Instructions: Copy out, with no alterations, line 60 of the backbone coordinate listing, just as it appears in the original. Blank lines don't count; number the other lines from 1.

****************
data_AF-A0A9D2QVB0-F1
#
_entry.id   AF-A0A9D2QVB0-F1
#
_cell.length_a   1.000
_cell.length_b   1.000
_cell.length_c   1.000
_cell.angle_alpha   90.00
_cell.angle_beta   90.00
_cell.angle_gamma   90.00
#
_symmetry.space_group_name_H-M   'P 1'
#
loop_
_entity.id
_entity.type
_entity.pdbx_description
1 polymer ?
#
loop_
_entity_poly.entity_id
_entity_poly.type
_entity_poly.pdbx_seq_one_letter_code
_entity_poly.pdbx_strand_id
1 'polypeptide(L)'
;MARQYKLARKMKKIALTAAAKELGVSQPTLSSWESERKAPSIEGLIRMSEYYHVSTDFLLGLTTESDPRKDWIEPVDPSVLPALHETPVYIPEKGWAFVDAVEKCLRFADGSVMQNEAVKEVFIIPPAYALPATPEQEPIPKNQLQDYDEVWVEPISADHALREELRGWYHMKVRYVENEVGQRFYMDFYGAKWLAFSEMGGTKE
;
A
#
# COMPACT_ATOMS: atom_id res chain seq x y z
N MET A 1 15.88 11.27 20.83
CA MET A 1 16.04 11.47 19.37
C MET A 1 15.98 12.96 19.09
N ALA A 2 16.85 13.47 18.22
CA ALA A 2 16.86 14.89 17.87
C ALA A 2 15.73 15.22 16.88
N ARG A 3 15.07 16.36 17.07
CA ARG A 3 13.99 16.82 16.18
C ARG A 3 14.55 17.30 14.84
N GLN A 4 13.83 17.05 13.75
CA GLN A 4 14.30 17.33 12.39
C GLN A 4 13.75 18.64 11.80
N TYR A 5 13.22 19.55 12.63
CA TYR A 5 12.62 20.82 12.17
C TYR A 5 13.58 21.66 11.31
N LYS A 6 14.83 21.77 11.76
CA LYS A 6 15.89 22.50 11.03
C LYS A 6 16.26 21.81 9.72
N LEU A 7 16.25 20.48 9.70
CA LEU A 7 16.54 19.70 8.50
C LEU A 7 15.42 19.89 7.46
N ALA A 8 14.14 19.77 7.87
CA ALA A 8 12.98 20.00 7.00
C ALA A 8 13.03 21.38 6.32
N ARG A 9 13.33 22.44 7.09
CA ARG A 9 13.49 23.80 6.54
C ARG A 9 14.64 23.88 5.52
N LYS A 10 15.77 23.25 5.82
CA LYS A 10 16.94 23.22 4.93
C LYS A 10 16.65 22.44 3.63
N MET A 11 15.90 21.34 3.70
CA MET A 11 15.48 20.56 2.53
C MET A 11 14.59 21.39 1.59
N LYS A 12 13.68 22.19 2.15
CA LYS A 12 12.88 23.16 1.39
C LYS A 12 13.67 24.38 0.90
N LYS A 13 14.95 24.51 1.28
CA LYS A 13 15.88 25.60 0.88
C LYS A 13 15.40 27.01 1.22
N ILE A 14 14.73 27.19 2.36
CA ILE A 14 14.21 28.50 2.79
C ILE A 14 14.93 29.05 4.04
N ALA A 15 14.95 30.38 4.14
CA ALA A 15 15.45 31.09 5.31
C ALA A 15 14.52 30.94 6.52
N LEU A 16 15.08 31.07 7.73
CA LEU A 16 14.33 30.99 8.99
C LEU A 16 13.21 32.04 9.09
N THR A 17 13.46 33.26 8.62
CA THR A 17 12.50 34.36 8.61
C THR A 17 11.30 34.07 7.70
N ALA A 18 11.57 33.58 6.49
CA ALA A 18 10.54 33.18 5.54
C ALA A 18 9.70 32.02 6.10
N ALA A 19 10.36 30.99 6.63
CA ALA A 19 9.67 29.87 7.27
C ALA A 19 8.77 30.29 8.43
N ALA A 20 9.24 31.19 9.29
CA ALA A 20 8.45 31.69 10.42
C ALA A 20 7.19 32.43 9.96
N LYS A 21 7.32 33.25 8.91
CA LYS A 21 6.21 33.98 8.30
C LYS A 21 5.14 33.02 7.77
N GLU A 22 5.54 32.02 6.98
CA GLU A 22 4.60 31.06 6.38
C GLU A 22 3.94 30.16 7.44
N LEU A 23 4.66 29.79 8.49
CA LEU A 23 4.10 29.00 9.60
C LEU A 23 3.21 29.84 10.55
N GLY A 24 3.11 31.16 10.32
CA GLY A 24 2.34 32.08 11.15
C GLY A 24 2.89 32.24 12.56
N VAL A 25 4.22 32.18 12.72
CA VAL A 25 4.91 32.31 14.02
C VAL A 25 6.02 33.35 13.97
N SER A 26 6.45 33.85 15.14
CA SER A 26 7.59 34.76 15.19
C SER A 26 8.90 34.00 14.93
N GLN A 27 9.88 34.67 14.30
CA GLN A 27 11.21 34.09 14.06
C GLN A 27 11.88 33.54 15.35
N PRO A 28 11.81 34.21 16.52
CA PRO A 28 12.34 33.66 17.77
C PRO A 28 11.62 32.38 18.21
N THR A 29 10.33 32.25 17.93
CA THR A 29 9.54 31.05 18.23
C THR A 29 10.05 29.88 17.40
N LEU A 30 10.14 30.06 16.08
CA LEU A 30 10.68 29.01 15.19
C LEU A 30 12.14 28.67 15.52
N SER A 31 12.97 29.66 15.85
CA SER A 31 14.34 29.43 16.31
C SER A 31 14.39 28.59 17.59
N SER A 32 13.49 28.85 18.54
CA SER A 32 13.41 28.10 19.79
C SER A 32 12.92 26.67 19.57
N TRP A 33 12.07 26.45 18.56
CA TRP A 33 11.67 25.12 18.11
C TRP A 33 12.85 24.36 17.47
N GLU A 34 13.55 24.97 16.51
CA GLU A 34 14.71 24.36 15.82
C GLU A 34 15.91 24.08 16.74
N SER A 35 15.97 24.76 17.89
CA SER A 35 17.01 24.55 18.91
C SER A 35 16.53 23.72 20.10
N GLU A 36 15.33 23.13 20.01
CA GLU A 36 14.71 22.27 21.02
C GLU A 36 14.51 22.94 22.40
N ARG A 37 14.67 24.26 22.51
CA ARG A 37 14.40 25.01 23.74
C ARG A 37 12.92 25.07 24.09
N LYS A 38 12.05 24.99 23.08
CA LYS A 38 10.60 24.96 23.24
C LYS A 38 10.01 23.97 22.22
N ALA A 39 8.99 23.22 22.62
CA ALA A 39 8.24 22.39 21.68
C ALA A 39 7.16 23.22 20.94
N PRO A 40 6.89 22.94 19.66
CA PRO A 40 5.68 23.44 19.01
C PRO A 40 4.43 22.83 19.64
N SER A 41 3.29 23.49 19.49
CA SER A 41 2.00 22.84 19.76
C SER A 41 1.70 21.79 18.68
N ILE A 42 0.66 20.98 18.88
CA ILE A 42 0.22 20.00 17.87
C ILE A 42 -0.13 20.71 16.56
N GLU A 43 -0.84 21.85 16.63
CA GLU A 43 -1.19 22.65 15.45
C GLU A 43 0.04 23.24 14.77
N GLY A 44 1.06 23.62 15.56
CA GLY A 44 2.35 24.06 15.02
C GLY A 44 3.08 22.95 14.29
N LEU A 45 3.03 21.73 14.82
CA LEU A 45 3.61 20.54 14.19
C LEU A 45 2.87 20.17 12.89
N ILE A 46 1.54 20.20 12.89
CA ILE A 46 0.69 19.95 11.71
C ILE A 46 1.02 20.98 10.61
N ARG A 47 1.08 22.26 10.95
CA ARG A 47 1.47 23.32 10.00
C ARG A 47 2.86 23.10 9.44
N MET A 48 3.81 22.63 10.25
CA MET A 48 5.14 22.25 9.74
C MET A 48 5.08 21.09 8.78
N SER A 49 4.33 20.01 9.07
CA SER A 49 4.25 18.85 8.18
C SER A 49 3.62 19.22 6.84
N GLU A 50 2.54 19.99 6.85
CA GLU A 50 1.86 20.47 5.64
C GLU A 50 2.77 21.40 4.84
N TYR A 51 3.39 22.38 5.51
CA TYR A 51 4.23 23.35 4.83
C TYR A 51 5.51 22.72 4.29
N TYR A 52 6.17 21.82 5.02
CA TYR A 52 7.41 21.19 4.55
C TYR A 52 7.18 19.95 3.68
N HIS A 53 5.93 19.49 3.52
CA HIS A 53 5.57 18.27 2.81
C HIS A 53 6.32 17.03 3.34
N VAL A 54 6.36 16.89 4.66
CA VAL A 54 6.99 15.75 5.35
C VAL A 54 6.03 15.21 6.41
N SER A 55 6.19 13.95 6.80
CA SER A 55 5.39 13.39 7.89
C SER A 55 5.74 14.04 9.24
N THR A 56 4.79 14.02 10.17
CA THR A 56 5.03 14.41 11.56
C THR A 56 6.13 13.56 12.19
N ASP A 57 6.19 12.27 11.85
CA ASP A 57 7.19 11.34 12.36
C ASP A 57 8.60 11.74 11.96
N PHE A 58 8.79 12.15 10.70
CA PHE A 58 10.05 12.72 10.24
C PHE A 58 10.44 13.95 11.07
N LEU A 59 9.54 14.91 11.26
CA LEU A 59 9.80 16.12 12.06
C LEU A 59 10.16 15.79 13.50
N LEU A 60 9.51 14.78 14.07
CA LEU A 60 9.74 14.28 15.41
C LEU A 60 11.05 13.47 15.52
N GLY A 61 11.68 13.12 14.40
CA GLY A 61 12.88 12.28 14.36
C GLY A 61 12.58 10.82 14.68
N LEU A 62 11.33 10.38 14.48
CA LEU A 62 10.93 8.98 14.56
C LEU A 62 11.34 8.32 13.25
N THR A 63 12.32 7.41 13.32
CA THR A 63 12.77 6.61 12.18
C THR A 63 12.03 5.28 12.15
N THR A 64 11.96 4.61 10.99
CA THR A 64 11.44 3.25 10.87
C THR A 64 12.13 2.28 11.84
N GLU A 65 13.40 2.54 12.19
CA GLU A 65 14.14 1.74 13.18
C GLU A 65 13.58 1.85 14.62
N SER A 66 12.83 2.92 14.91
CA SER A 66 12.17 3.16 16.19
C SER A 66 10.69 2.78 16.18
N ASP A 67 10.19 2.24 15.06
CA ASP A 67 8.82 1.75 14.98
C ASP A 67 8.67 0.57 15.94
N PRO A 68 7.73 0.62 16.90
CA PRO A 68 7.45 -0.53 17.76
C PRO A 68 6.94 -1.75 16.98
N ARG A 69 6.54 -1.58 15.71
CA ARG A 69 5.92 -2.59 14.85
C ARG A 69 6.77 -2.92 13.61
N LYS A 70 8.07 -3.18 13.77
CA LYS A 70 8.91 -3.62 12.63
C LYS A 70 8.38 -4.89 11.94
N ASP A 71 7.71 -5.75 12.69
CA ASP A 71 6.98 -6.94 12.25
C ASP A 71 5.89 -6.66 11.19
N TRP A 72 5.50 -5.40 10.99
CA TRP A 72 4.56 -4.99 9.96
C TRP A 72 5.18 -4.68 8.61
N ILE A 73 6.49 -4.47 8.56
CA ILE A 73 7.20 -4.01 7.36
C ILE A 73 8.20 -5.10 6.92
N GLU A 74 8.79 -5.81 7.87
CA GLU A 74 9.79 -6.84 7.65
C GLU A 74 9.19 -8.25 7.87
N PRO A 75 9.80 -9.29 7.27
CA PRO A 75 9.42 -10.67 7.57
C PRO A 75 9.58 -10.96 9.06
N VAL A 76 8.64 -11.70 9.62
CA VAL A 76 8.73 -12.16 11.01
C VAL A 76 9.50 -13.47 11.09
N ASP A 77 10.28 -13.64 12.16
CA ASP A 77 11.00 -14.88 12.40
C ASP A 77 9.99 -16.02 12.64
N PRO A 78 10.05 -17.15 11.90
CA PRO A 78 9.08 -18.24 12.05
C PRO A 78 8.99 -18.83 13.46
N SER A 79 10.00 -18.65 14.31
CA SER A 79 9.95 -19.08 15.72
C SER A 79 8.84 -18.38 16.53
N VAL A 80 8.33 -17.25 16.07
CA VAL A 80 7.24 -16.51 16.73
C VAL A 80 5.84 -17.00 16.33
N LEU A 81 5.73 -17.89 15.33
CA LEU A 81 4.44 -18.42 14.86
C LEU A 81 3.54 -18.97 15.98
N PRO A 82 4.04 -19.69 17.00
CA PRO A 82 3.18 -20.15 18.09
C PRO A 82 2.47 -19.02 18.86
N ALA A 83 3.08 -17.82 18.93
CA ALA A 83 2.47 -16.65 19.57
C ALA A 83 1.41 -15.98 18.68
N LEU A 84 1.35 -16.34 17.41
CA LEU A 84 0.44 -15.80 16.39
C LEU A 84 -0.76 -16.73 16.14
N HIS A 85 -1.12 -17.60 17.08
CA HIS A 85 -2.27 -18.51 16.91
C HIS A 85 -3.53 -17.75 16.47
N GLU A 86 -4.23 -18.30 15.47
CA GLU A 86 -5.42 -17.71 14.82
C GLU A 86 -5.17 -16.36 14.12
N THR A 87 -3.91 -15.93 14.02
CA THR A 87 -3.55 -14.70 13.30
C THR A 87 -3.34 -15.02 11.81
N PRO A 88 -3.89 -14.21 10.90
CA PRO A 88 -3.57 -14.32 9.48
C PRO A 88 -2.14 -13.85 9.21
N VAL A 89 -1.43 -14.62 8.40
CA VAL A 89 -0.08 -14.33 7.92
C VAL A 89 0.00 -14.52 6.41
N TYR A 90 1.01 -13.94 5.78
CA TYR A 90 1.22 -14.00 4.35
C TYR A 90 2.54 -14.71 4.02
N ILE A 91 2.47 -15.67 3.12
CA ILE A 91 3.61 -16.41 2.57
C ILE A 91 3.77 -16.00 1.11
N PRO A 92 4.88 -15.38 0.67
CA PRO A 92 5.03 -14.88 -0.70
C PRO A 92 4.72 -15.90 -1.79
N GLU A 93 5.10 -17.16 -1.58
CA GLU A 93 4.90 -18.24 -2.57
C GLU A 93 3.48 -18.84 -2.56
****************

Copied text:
C LYS A 10 16.65 22.44 3.63